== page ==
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June 06, 2006

Blastocysts Are Not People Ethics  Religion

I happened to catch The Daily Show the other night when the guest was one Ramesh Ponnuru (video), author of a nasty little tome called The Party of Death. The party in question, in case you were wondering, is the Democratic Party. "Of Death" because of abortion, on which this Ponnuru takes an absolutist all-abortion-is-murder-from-the-moment-of-conception position. Ditto for using 5-day-old embryos for stem cell research.

The American Prospect, however, points out that even The Wall Street Journal's reviewer finds Ponnuru's position extreme. Quoting the WSJ review:

It doesn't matter to Mr. Ponnuru that this argument flies in the face of a complex intuition that seems to underlie the American ambivalence: Invisible to the naked eye, lacking body or brain, feeling neither pleasure nor pain, radically dependent for life support, the early embryo, though surely part of the human family, is distant and different enough from a flesh-and-blood newborn that when the early embryo's life comes into conflict with other precious human goods or claims, the embryo's life may need to give way. [Emphasis added]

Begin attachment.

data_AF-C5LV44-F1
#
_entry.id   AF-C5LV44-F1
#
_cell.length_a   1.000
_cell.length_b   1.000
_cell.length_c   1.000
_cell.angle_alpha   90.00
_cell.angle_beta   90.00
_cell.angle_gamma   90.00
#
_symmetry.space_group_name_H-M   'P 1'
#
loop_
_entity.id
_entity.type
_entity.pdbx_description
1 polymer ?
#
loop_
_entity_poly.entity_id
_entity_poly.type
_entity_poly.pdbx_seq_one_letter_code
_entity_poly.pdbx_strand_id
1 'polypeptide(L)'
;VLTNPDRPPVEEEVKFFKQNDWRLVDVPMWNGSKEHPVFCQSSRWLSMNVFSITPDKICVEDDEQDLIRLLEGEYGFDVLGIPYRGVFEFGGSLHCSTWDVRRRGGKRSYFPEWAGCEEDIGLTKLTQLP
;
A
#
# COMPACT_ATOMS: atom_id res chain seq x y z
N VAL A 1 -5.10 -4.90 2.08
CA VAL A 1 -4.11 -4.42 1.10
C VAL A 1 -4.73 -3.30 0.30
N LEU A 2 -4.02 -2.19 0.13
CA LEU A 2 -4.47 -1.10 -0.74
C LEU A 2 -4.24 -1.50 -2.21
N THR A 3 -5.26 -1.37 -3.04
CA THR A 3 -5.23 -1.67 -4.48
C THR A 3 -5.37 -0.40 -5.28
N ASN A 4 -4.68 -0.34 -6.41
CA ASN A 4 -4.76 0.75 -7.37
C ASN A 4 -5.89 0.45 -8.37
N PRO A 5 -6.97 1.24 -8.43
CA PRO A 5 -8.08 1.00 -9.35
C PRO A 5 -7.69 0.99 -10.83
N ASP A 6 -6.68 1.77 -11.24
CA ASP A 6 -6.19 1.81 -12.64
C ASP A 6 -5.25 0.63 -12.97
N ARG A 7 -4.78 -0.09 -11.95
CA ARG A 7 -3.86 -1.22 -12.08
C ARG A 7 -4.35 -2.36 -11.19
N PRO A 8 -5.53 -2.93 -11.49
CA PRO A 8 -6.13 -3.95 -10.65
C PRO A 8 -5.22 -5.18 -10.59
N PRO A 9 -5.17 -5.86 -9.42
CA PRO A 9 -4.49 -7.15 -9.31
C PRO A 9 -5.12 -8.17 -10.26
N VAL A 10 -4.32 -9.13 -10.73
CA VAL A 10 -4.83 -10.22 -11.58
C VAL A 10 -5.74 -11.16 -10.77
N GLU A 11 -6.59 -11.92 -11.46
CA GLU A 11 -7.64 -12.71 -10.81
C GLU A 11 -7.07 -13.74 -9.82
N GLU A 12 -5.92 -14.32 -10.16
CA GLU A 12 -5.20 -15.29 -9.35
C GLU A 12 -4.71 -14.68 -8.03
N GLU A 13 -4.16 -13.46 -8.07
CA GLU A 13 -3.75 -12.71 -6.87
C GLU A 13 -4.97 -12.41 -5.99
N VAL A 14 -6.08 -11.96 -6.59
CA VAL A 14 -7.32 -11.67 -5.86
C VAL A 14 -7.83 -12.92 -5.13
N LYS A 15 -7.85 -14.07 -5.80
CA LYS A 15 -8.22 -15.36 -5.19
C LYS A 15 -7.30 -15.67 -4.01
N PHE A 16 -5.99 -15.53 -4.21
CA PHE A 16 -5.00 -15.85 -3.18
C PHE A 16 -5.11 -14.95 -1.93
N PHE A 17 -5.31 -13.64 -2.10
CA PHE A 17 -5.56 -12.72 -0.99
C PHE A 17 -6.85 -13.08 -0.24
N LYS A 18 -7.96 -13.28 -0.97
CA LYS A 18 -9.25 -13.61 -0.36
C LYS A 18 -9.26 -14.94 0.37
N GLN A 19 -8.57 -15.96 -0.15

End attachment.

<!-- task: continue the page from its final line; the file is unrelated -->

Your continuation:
Wow. I never thought I'd say it, but good for the Wall Street Journal.

As I watched Jon Stewart's interview with Ponnuru, here's the question I was dying for him to ask:

Imagine you are walking by a stem cell laboratory and you see that a fire is raging inside. You see a person lying unconscious on the floor inside and, nearby, a tank containing some number of five-day-old embryos (blastocysts). Which do you save, the person or the embryos?

Or, to make the scenario even more clear-cut. Suppose what you see are a dozen trapped children and a petri dish containing 13 five-day-old embryos. There are more embryos than children. Which do you save, the children or the embryos?

I would have loved to watch Ponnuru stammer his way through that one. People who haven't surrendered their basic common sense understand that a fully developed human being and a nearly microscopic flyspeck are simply not equivalent. What could be more obvious?

And, as I pointed out in an earlier post, when it comes to stem cell research the which-do-you-save question is more than just hypothetical, since it "illustrates exactly the choice that faces us. I.e., there are living human beings with a variety of maladies who could be saved by research and therapy utilizing stem cells. Do we save them, or do we save the five-day-old embryos?"

Posted by Jonathan at June 6, 2006 05:27 PM  del.icio.us digg NewsVine Reddit YahooMyWeb


We save the KITTENS.

Posted by: at June 7, 2006 01:26 PM